ISBN-10:
0198290500
ISBN-13:
9780198290506
Pub. Date:
05/28/1997
Publisher:
Oxford University Press, USA
International Trade, Factor Movements, and the Environment

International Trade, Factor Movements, and the Environment

by M. Rauscher, Michael Rauscher

Hardcover

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Product Details

ISBN-13: 9780198290506
Publisher: Oxford University Press, USA
Publication date: 05/28/1997
Pages: 352
Product dimensions: 6.37(w) x 9.50(h) x 0.97(d)
Lexile: 1390L (what's this?)

Table of Contents

Preface v(6)
List of Figures
xi(2)
List of Tables
xiii
1. Introduction
1(18)
1.1 Foreign Trade and the Environment: An Awkward Relationship
1(5)
1.2 The Empirical Evidence: A Survey of the Literature
6(9)
1.3 Organization of the Book
15(4)
2. Basic Concepts and Definitions
19(20)
2.1 Externalities, Property Rights, and Market Failure
19(3)
2.2 Cooperative and Non-Cooperative Environmental Policies
24(3)
2.3 The Endowment of a Country with Environment Resources
24(3)
2.4 Ecological Dumping
27(3)
2.5 Emissions as a Factor of Production
30(4)
2.6 Elements of a Model of Environment and the Economy
34(2)
2.7 The Dual Approach
36(2)
Appendix: Properties of Linear Homogeneous Functions
38(1)
3. Environmental Policy and International Capital Movements
39(52)
3.1 Introduction
39(2)
3.2 The Model
41(1)
3.3 Explaining Patterns of Factor Mobility
42(5)
3.4 Access to the World Capital Market: The Small Country
47(5)
3.5 Effects of Changes in Environmental Policy
52(7)
3.6 Optimal Environmental Policies
59(4)
3.7 The Impact of the Policy Measure Chosen in the other Country
63(2)
3.8 Cooperative versus Non-co-operative Equilibria
65(5)
3.9 Capital Taxation as an Instrument of Environmental Policy
70(5)
3.10 Political Factors Determining Environmental Policies in Open Economies
75(2)
3.11 Non-competitive Market Structures and Optimal Environmental Policies
77(3)
3.12 The Choice of Wrong Policy Instruments
80(5)
3.13 Summary of Results
85(2)
Appendix: Results for the Case of Emission Taxes
87(4)
4. International Trade in Hazardous Waste
91(31)
4.1 Introduction
91(2)
4.2 The Model
93(2)
4.3 Explaining the Patterns of Trade
95(2)
4.4 Benefits and Losses from Trade in Toxic Waste
97(6)
4.5 Effects of Changes in Environmental Policy and the Design of Optimal Policies
103(5)
4.6 Environmental Policies when Foreign Emission Taxes Are Taken as Given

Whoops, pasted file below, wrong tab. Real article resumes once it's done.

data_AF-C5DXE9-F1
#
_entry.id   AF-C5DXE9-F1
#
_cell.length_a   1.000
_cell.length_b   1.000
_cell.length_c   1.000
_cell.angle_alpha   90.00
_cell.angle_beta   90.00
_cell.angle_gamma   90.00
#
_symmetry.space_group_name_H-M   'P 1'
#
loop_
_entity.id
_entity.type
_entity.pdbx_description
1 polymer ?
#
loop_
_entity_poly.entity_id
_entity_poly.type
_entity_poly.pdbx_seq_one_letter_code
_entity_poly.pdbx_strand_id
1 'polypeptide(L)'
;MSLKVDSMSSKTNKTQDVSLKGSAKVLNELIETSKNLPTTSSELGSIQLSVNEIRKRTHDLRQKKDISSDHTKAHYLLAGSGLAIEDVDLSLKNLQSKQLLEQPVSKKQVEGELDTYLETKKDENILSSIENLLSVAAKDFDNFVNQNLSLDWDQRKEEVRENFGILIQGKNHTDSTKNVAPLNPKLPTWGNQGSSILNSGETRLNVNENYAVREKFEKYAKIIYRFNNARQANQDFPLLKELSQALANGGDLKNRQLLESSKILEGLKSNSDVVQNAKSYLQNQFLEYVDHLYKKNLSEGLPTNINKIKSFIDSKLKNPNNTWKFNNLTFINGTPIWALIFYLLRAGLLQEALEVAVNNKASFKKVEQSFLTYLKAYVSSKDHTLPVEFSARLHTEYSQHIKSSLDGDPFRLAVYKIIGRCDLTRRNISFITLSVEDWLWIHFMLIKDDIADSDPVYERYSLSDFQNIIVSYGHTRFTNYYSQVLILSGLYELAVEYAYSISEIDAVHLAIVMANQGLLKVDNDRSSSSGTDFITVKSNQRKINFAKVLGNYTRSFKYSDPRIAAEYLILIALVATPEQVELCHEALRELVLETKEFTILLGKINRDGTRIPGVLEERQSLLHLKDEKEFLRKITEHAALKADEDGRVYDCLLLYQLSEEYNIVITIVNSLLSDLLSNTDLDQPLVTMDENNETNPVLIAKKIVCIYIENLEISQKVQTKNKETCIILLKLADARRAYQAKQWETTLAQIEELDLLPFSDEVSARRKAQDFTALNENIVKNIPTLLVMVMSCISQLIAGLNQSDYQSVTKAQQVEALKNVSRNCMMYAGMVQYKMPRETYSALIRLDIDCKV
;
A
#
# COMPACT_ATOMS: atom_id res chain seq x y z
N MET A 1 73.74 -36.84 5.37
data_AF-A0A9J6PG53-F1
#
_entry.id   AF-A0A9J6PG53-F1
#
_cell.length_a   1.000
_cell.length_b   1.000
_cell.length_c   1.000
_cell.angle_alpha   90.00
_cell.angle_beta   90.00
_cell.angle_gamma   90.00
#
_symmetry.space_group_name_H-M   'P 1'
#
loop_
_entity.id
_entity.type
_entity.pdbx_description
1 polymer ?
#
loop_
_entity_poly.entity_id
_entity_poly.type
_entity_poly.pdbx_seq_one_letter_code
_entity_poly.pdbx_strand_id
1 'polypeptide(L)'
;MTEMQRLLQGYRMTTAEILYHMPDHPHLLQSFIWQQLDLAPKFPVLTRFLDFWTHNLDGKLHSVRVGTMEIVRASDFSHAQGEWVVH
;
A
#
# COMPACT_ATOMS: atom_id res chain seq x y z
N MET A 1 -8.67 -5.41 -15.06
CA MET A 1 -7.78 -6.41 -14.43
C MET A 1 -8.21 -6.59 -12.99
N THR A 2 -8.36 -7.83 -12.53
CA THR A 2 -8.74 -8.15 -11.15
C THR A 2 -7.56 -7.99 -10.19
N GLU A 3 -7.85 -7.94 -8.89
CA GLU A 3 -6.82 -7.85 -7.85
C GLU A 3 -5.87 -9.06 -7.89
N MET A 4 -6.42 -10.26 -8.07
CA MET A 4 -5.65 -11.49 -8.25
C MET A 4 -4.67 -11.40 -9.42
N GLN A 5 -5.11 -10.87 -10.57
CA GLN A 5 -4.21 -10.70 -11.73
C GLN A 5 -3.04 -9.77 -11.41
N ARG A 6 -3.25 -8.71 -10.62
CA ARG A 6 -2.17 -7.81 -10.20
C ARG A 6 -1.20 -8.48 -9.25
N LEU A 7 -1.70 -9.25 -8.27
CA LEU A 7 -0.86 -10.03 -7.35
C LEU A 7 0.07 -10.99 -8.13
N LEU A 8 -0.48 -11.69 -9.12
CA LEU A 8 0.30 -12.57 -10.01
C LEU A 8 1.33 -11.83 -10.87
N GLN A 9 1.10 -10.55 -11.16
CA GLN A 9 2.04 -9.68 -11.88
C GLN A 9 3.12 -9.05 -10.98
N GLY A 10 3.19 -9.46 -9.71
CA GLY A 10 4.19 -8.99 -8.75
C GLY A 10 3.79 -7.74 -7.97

108(2)
4.7 Co-operative versus Non-co-operative Environmental Policies
110(5)
4.8 Trade Barriers as an Instrument of Unilateral Environmental Policy
115(1)
4.9 The Issue of Market Power
116(3)
4.10 Summary of Results
119(1)
Appendix: The Gains from Trade in the Case of Emission Taxes
120(2)
5. International Trade in Final Goods: The Case of Perfect Competition
122(39)
5.1 Introduction
122(3)
5.2 The Model
125(1)
5.3 Autarky and the Patterns of Trade
126(6)
5.4 Environmental Policy in the Small-Country Case
132(4)
5.5 Pollute Thy Neighbour via Trade
136(3)
5.6 Gains or Losses from Trade?
139(3)
5.7 The Terms of Trade and the Environment
142(4)
5.8 Environmental Policy in the Large-Country Case: Free Trade
146(6)
5.9 Green Trade Interventions
152(2)
5.10 Non-traded Goods and Environmental Dumping
154(5)
5.11 Summary of Results
159(2)
6. Imperfect Competition, Foreign Trade, and the Environment
161(56)
6.1 An Overview
161(1)
6.2 Monopolies, Foreign Trade, and Environmental Regulation
162(9)
6.3 Environmental Policy and the Locational Decisions of a Monopolist Firm
171(9)
6.4 International Oligopoly and Strategic Environmental Policy
180(10)
6.5 International Oligopoly and the Strategic Choice of Environmental Product Standards
190(11)
6.6 Monopolistic Competition and Intra-Industry Trade
201(11)
6.7 Summary of Results
212(2)
Appendix
214(3)
7. The Political Process and Environmental Policy in Open Economies
217(30)
7.1 The Problem
217(1)
7.2 Representative Democracy and the Capture of Environmental Regulation in an Open Economy
218(5)
7.3 A Partial-Equilibrium Model of Regulatory Capture
223(5)
7.4 Optimal Environmental Policies
228(2)
7.5 Lobbies that Influence Single Policy Instruments
230(3)
7.6 Regulatory Capture of More than One Policy Instrument
233(4)
7.7 Lobbying Activities in the Large-Country Case
237(5)
7.8 Summary of Results
242(2)
Appendix: Comparative Static Results
244(3)
8. Intertemporal Trade and the Environment: The Foreign-Debt Problem
247(25)
8.1 Introduction
247(2)
8.2 The Indebted Country
249(3)
8.3 Optimal Environmental Policies in an Indebted Country
252(3)
8.4 Sub-optimal Environmental Policies
255(2)
8.5 Inferior Consumption and Imported Inputs: Foreign Debt Can Reduce Environmental Problems
257(4)
8.6 Debt Forgiveness: The Lender's View
261(3)
8.7 The Economics of Debt-for-Nature Swaps
264(3)
8.8 General Side Payment Schemes
267(2)
8.9 Summary of Results
269(1)
Appendix: Many Goods in the Debt Model
270(2)
9. Implications of the Theoretical Analyses
272(41)
9.1 An Overview
272(1)
9.2 Summary of Results
272(13)
9.3 Policy Implications for a Single Country
285(10)
9.4 Regulation of Environmental Scarcity and Foreign Trade on the Supra-national Level
295(17)
9.5 Epilogue
312(1)
Appendix: List of Variables 313(2)
References 315(18)
Index 333

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